Slavery in the Nineteenth Century

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In Ralph Waldo Emerson's speech, "The Fugitive slave Law," what did Emerson want people to do? What did he want them to be?

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Emerson suggests that we each have to make a choice: whether we want to stand on the side of "humanity and justice," and stand up to an unjust law, or the side of "abuse and oppression," obeying a law even when we possess an awareness of how wrong it is.  In other words, we must decide whether we "will stand for right or for might": in regard to the Fugitive Slave Law, the choice his audience faces is to stand against it and be for the right, or bow down to the unjust law and be for the might.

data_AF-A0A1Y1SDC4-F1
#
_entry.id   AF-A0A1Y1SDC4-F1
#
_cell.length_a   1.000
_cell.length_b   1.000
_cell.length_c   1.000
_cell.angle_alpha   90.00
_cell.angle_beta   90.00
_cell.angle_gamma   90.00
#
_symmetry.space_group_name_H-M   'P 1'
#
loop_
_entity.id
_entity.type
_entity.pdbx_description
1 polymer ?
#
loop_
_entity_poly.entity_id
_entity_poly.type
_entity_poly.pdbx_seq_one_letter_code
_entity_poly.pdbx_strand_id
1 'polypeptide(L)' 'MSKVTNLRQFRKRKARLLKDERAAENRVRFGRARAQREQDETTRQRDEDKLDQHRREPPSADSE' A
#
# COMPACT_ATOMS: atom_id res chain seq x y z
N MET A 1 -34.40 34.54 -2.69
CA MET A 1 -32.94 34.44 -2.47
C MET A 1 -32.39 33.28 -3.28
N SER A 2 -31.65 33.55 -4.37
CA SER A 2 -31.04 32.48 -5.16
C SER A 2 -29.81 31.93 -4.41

Emerson wants his audience to choose the right, to be humane.  He wants them to recognize the humanity of the men and women and children who have been enslaved, rather than thinking of them as animals and treating them as such.  Further, he says,

Whilst the inconsistency of slavery with the principles on which the world is built guarantees its downfall, I own that the patience it requires is almost too sublime for mortals, and seems to demand of us more than mere hoping.  And when one sees how...

(The entire section contains 2 answers and 530 words.)

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